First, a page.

Men, Psychology & Spirituality in a Shame-Based Society

December 1, 2001

John Welwood’s article[i] offers a thoughtful discussion concerning the conflicts inherent in an attempt to integrate Western psychology with Eastern spirituality, as well as the common pitfalls awaiting those on a spiritual path. He also details the ways in which spirituality and psychology can work hand-in-hand in an individual’s spiritual development. My professional area of interest concerns the psychological and spiritual issues confronting men in our society. I began to wonder how Welwood’s perspectives illuminate the struggles that men have as a whole and the specific challenges facing men on their journeys of psychological individuation and spiritual development. I will review some of Welwood’s key points on these issues as I discuss my personal views on the challenges facing men as they attempt to transcend the obstacles of our shame-based society to make connections within themselves, with other men, and with their spirituality.

Dr. Stephen Johnson, an elder in the men’s community and a mentor, has recognized, in his over 30 years as an educator, therapist and spiritual teacher, the need men have for connectedness. As he states: “There’s a longing within men, a desire to go inside as well as to reach out to one another. They may not fully comprehend the need but they quickly discover that when they come together in the presence of other men, it feels good. When they leave, they walk away with something that they’ve been able to touch that perhaps they didn’t even realize existed before.”[ii]

Welwood’s description of the mystical forms of spiritual practice aptly describe my experiences with other men on the spiritual path. He says: “Spiritual practice, especially of the mystical bent, looks beyond our conditioned structures, identifications, and ordinary human concerns toward the trans-human—the direct realization of the ultimate. It sees what is timeless, unconditioned, and absolutely true, beyond all form, revealing the vast open-endedness, or emptiness, at all root and core of human existence.”[iii]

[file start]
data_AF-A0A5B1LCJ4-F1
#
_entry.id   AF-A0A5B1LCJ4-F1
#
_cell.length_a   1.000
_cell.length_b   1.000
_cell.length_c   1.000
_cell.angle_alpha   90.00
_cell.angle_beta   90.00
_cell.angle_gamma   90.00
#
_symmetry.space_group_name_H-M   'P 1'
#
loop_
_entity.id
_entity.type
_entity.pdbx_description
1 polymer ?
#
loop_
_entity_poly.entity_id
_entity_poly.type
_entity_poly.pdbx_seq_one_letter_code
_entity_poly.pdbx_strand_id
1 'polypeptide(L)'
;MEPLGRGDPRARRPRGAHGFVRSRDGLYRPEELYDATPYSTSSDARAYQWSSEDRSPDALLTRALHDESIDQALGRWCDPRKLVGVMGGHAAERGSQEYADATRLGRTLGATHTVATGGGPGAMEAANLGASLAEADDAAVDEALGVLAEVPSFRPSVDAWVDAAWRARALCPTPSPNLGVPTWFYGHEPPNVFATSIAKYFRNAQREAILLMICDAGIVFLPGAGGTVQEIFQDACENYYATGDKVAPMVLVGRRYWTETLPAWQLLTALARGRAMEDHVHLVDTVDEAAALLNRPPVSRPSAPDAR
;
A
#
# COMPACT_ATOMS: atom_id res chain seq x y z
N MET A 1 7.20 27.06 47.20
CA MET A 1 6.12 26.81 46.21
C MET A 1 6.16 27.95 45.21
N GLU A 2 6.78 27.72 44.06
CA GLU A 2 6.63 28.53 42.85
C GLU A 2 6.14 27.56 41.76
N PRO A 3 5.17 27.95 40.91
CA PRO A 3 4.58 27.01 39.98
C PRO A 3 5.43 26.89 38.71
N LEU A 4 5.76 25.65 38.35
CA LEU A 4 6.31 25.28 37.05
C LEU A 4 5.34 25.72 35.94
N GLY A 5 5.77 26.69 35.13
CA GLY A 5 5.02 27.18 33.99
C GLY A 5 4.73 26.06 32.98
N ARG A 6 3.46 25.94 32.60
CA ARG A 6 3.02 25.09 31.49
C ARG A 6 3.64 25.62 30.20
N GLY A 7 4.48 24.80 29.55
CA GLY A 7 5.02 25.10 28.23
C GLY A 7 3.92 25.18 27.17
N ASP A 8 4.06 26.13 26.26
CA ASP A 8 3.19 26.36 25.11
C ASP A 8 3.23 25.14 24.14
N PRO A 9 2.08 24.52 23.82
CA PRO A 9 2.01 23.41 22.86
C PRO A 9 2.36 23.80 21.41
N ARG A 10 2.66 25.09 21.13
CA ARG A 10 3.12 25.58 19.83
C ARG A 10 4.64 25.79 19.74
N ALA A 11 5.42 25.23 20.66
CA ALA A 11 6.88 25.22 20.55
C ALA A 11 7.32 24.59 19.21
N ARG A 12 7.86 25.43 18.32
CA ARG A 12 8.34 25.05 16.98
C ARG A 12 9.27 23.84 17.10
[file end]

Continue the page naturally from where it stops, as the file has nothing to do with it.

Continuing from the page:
This sort of “vast open-endedness” can be experienced, at least to some degree, through ritual, ceremony and various forms of practices. These rituals, ceremonies and practices, which are conducted by a limited number of small groups of men around the country, have their roots in many cultures including, Eastern, African and Native American. The men who participate recognize the essential quality of these practices and the connection these ways have with the spiritual. Welwood points out that “Asian societies have maintained the sacred at the center of social life. A culture that provides individuals with shared myths, meanings, religious values and rituals provides a source of support and guidance that helps people make sense of their lives.”[iv]

One important ritual that helps boys make sense of their lives is an initiation into manhood, a road map to their inner masculinity.“The word ‘initiation’ means to ‘enter’ or ‘start,’ so initiation is the starting point, not the end point, for the adventure of living. The goal of initiation is spiritual awakening. If a young man finally feels competent around other men and in himself about his manhood, he has been initiated into the cultural ideal of masculinity.”[v]

In our country, during the industrial revolution of the late 1800’s to early 1900’s, a seismic shift occurred economically, socially and culturally. For men and their sons, and consequently for society as a whole, this shift proved catastrophic. “Men left their homes to seek work many miles from the common thread that historically united grandfathers, fathers and sons. This was a tribal thread that had once woven the males into the fabric of lineage of men that had come before them. Older men had always initiated the younger boys into the ways of men, guiding them to find a balance point deep within their masculine souls.”[vi] Today, ceremonial rites of passage are all but extinct in our society. As a result, most boys are not spiritually awakened. They do not grow up to feel competent around other men and with their own manhood. They then have sons of their own and the cycle continues. Welwood adds that,“children today who grow up in front of television sets that continually transmit images of a spiritually lost, fragmented, and narcissistic world, lack a meaningful cultural context in which to situate their own lives.”[vii]

What affects our children is obviously affecting our men. The way to change our society for our children is through our adults. And if we are to find new ways to initiate our boys and share with them their spiritual and masculine legacies, it will only come after we as a society do a great deal of psychological healing. The connection Welwood makes between the spiritual and psychological holds great significance for this masculine healing. He believes that “psychological work can lead to spiritual insight and depth, while spiritual work, in its movement towards embodiment, transformation, and service, calls on us to come to grips with the conditioned personality patterns that block integration.”[viii]